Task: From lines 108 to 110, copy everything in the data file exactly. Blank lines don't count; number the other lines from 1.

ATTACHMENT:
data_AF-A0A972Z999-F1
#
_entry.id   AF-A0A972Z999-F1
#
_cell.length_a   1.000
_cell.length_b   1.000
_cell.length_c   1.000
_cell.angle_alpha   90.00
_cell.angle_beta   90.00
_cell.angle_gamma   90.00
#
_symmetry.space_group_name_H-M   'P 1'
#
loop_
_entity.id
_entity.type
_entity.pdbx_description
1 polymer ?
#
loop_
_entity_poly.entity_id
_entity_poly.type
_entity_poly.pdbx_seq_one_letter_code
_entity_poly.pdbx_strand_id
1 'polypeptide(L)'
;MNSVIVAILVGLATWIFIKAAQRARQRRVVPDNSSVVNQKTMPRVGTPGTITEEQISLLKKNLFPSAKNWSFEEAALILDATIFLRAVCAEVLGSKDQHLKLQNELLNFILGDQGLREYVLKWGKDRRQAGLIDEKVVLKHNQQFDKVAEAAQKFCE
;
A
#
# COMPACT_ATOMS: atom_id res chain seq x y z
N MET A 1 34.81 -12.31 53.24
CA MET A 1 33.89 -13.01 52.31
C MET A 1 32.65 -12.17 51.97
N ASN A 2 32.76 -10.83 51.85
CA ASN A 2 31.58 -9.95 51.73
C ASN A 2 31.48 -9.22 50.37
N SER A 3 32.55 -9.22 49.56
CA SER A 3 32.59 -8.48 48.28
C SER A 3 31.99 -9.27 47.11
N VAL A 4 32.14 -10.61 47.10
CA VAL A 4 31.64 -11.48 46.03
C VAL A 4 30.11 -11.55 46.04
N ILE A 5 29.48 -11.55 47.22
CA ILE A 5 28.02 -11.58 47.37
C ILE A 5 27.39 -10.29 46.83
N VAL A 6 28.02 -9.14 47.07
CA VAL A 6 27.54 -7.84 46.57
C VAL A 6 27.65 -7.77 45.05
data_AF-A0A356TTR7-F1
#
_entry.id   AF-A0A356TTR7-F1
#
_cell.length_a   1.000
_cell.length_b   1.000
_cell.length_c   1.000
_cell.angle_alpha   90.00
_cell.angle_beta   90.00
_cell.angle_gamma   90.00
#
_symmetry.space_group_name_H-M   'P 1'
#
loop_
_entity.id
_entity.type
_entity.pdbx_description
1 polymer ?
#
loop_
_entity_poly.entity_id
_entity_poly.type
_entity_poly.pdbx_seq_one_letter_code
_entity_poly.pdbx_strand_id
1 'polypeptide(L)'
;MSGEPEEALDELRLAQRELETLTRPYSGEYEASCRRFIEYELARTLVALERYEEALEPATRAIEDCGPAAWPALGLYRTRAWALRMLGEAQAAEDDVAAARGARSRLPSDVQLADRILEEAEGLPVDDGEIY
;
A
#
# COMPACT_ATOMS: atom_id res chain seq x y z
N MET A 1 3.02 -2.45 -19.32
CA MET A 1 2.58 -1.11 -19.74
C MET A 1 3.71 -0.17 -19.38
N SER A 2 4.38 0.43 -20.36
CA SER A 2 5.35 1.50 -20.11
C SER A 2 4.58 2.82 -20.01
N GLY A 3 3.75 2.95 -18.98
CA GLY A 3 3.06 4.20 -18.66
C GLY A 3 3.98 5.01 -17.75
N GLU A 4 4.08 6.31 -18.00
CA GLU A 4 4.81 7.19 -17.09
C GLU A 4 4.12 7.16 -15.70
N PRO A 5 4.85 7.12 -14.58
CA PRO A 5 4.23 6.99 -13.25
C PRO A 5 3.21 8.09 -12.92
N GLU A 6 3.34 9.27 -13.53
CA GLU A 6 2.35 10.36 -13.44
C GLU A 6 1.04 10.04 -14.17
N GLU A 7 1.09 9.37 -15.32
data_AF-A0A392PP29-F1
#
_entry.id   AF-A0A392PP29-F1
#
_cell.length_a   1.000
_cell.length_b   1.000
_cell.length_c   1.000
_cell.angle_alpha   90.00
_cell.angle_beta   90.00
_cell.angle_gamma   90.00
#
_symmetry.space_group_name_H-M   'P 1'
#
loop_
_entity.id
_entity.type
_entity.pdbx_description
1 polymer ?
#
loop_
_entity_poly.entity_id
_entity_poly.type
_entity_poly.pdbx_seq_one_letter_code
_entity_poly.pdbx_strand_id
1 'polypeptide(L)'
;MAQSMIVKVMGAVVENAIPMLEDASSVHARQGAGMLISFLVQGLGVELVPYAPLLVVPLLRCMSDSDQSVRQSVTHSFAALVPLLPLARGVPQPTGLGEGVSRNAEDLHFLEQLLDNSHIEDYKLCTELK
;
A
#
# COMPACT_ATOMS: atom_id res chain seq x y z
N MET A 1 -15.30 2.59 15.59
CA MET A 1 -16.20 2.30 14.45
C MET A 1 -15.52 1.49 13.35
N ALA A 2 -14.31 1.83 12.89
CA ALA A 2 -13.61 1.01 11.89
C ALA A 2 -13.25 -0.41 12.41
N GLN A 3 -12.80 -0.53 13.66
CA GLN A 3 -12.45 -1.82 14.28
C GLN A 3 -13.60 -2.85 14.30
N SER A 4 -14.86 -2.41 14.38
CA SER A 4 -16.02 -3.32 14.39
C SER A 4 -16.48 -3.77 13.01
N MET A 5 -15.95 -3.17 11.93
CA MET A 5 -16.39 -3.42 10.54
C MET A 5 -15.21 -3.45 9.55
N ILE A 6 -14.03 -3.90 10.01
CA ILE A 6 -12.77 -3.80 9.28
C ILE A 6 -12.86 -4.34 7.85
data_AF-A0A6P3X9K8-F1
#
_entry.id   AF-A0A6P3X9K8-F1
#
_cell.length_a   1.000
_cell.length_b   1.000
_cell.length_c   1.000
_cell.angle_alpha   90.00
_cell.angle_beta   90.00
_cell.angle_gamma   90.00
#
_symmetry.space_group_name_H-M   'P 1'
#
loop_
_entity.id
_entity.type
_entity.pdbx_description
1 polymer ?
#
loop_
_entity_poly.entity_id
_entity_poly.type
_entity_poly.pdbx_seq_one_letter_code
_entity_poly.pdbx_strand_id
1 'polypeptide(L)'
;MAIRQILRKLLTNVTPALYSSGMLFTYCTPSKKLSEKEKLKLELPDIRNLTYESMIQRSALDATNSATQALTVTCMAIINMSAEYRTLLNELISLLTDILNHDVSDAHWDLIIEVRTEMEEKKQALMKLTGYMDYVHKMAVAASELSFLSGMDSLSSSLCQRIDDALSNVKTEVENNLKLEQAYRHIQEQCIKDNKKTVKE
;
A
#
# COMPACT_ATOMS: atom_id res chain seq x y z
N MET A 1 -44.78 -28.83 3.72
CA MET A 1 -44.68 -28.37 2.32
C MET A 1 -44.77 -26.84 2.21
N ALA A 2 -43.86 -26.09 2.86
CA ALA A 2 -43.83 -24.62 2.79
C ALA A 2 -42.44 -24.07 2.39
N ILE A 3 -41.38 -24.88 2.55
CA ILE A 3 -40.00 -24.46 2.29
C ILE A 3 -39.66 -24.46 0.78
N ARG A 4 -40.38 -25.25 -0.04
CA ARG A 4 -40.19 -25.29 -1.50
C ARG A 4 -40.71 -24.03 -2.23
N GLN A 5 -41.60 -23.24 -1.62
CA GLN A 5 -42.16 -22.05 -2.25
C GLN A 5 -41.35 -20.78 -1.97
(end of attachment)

#
_symmetry.space_group_name_H-M   'P 1'
#